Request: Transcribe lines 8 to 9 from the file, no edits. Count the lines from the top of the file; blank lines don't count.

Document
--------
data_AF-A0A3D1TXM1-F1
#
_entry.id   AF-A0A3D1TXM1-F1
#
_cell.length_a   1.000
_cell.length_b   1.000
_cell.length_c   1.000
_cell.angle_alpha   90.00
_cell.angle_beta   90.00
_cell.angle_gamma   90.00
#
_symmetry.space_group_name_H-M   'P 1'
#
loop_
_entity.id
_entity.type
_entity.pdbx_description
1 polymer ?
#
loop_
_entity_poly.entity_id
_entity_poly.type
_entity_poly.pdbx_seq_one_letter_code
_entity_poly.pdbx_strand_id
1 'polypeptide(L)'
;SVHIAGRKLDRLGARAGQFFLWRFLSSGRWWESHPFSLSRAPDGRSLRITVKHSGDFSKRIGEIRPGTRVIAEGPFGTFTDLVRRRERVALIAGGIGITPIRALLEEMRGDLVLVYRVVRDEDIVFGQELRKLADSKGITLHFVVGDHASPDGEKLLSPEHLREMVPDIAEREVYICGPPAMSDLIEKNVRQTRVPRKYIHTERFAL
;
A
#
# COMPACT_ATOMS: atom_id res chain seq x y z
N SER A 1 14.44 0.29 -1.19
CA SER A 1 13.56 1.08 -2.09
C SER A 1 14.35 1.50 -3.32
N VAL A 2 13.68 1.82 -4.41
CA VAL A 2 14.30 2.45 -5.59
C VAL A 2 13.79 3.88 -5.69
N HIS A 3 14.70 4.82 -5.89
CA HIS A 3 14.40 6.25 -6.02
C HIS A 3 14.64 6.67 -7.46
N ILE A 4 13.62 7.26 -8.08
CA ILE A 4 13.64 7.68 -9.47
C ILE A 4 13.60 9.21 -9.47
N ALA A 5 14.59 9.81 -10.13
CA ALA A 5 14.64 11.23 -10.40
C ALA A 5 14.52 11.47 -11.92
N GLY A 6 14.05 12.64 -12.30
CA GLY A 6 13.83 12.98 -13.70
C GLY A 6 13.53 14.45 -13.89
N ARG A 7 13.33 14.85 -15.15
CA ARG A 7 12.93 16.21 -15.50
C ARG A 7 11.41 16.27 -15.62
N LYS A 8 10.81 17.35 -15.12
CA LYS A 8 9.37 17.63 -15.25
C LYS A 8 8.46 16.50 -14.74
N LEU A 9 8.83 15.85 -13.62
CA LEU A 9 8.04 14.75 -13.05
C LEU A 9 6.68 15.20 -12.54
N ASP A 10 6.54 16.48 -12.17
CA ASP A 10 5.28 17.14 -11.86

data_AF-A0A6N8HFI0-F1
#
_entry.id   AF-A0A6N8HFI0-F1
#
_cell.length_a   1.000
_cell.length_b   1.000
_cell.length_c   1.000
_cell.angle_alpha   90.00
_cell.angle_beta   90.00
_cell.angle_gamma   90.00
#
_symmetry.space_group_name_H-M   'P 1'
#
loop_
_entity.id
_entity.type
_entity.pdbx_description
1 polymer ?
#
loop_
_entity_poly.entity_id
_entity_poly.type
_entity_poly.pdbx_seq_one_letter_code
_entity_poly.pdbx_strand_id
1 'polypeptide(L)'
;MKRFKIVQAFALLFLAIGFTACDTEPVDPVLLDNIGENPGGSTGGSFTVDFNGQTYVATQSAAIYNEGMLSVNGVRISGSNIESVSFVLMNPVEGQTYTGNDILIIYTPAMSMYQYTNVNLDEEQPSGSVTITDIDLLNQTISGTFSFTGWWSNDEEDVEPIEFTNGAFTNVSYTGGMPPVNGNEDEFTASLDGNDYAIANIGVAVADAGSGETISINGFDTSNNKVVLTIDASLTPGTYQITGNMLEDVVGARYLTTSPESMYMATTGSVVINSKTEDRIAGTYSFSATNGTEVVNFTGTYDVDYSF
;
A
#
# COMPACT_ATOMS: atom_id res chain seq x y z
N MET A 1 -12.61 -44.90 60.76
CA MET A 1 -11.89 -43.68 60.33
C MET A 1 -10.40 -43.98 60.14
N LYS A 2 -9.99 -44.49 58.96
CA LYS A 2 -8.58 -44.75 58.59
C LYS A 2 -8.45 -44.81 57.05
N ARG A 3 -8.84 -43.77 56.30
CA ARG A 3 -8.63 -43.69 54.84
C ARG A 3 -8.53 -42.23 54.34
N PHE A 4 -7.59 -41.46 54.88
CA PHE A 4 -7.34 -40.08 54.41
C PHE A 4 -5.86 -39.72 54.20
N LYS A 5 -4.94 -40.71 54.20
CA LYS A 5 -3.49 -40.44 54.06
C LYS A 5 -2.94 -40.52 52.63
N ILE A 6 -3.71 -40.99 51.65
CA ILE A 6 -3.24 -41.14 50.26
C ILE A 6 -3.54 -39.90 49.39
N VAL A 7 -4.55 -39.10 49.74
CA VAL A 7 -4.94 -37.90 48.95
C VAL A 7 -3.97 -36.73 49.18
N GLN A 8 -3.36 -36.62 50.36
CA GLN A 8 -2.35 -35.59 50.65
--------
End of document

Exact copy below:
_cell.angle_alpha   90.00
_cell.angle_beta   90.00